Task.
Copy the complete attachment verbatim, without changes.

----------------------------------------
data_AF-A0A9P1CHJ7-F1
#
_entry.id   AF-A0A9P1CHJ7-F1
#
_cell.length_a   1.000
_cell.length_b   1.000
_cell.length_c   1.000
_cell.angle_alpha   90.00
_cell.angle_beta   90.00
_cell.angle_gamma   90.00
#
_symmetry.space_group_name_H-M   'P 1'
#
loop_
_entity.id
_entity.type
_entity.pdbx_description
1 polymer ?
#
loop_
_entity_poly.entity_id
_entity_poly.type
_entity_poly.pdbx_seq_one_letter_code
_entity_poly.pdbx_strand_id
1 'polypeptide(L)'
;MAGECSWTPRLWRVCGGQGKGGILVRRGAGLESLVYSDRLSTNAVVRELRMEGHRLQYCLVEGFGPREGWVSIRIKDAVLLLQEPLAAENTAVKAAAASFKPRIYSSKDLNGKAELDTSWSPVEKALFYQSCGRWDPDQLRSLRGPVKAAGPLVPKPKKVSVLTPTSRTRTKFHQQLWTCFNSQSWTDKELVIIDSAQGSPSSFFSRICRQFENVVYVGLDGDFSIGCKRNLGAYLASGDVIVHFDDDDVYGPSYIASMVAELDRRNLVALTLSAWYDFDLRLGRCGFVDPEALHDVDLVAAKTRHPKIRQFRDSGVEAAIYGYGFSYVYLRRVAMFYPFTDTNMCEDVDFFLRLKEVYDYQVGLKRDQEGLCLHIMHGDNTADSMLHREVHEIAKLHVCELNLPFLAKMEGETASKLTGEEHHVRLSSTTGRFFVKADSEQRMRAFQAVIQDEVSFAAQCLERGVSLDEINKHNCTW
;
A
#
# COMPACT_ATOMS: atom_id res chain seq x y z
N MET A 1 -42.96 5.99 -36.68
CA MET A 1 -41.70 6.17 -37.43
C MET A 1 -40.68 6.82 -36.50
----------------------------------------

data_AF-A0A9P1CHJ7-F1
#
_entry.id   AF-A0A9P1CHJ7-F1
#
_cell.length_a   1.000
_cell.length_b   1.000
_cell.length_c   1.000
_cell.angle_alpha   90.00
_cell.angle_beta   90.00
_cell.angle_gamma   90.00
#
_symmetry.space_group_name_H-M   'P 1'
#
loop_
_entity.id
_entity.type
_entity.pdbx_description
1 polymer ?
#
loop_
_entity_poly.entity_id
_entity_poly.type
_entity_poly.pdbx_seq_one_letter_code
_entity_poly.pdbx_strand_id
1 'polypeptide(L)'
;MAGECSWTPRLWRVCGGQGKGGILVRRGAGLESLVYSDRLSTNAVVRELRMEGHRLQYCLVEGFGPREGWVSIRIKDAVLLLQEPLAAENTAVKAAAASFKPRIYSSKDLNGKAELDTSWSPVEKALFYQSCGRWDPDQLRSLRGPVKAAGPLVPKPKKVSVLTPTSRTRTKFHQQLWTCFNSQSWTDKELVIIDSAQGSPSSFFSRICRQFENVVYVGLDGDFSIGCKRNLGAYLASGDVIVHFDDDDVYGPSYIASMVAELDRRNLVALTLSAWYDFDLRLGRCGFVDPEALHDVDLVAAKTRHPKIRQFRDSGVEAAIYGYGFSYVYLRRVAMFYPFTDTNMCEDVDFFLRLKEVYDYQVGLKRDQEGLCLHIMHGDNTADSMLHREVHEIAKLHVCELNLPFLAKMEGETASKLTGEEHHVRLSSTTGRFFVKADSEQRMRAFQAVIQDEVSFAAQCLERGVSLDEINKHNCTW
;
A
#
# COMPACT_ATOMS: atom_id res chain seq x y z
N MET A 1 -42.96 5.99 -36.68
CA MET A 1 -41.70 6.17 -37.43
C MET A 1 -40.68 6.82 -36.50